The U.S. navy is sending three ships to the eastern Mediterranean Sea in a show of strength during a period of tensions with Syria and political uncertainty in Lebanon.
Admiral Michael Mullen, chairman of the Joint Chiefs of Staff, told reporters the deployment should not be viewed as threatening or in response to events in any single country in that volatile region. Syria borders the eastern Mediterranean, as does Lebanon.
"This is an area that is important to us, the eastern Med," Mullen said when asked in Washington about news reports of the ship movements. "It's a group of ships that will operate in the vicinity there for a while.
"But it does signal that we're engaged, we're going to be in the vicinity and that's a very, very important part of the world," he added.
The ships include a navy guided missile destroyer, the USS Cole, accompanied by two refuelling ships, according to another military officer who spoke on condition of anonymity because full details about the ship movements are not yet public.
The Cole is equipped to engage in a variety of offensive actions, including anti-aircraft and land attack missions.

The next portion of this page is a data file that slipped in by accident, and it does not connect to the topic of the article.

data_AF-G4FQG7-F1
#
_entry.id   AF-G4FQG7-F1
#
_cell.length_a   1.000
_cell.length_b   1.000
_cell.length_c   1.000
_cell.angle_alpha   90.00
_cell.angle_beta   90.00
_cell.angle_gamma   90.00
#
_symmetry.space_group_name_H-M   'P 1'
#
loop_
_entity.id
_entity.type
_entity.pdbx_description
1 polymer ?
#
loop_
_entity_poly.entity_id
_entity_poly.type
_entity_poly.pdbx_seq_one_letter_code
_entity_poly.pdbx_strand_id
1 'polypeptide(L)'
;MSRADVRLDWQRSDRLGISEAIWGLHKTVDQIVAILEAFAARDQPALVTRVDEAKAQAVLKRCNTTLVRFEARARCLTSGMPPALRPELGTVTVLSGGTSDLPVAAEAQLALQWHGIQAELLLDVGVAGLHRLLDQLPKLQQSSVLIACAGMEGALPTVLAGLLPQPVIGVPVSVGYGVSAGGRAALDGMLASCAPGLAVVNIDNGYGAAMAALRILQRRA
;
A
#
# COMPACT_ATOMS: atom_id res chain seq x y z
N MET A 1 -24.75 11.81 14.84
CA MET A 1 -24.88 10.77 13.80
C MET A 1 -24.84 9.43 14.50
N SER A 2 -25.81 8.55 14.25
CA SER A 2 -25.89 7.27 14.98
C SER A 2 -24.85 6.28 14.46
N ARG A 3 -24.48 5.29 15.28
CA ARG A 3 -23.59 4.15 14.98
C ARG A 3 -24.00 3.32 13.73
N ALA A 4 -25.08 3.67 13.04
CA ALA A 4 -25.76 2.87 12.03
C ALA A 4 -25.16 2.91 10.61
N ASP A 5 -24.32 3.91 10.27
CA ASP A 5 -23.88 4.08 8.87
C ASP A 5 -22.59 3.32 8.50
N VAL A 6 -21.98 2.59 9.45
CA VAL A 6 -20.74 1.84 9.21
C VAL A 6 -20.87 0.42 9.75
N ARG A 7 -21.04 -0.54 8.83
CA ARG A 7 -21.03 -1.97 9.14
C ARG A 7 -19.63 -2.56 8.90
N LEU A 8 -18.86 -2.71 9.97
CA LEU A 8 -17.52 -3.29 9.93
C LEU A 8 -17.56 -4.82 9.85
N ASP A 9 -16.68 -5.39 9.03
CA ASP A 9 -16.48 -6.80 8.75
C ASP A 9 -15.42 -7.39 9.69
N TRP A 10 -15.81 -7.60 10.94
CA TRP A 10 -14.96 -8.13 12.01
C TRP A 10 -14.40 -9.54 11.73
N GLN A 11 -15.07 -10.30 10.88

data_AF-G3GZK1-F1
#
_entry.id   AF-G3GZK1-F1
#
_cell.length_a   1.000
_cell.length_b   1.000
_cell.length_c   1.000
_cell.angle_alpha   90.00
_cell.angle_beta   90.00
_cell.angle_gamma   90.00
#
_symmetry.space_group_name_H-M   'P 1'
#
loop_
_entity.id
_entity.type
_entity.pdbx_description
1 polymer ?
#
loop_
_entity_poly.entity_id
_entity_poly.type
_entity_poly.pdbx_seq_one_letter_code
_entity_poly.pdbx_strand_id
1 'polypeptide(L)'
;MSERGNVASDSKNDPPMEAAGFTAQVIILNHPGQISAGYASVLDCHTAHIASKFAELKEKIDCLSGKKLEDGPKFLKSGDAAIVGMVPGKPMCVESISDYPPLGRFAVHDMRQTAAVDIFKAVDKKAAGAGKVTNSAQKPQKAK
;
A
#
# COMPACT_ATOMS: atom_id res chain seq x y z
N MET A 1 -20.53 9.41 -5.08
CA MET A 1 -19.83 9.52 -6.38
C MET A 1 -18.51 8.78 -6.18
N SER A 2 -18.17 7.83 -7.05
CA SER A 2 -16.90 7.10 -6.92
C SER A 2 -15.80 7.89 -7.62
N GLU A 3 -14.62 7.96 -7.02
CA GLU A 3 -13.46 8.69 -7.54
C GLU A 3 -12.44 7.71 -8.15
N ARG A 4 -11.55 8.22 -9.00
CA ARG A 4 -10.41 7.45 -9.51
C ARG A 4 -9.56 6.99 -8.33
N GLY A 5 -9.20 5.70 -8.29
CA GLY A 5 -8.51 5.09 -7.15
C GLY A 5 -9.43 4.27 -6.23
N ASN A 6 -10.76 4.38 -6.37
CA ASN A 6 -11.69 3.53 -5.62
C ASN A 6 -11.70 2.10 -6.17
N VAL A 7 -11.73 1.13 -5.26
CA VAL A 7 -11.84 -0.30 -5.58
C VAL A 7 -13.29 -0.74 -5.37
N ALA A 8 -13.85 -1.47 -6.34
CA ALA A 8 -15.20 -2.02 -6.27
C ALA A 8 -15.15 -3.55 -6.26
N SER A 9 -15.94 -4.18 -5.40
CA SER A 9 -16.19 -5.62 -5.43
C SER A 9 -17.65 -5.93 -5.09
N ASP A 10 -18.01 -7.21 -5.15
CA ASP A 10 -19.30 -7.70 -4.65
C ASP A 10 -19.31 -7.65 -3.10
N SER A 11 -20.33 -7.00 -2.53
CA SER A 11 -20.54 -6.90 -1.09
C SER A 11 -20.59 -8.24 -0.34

The decision to send the ships comes as international frustration mounts over a long political deadlock in Lebanon. The country's presidential election has been delayed 15 times, and just this week the date was pushed back to March 11.
The U.S. blames Syria for the impasse, saying Syria has never given up its
ambitions to control its smaller neighbour.
Michel Aoun, a leader of the Syrian-backed opposition in Beirut, said the ship movements looked like a calculated show of force by the U.S.
"There is no need for it," Aoun said in a televised interview.
The Cole was rebuilt after nearly being sunk in a terrorist attack in Aden, Yemen, in October 2000 that killed 17 sailors aboard. It was recommissioned in April 2002 and went on its first post-attack deployment in November 2003.
Its homeport is Norfolk, Va., but it will sail to the eastern Mediterranean Sea from Malta.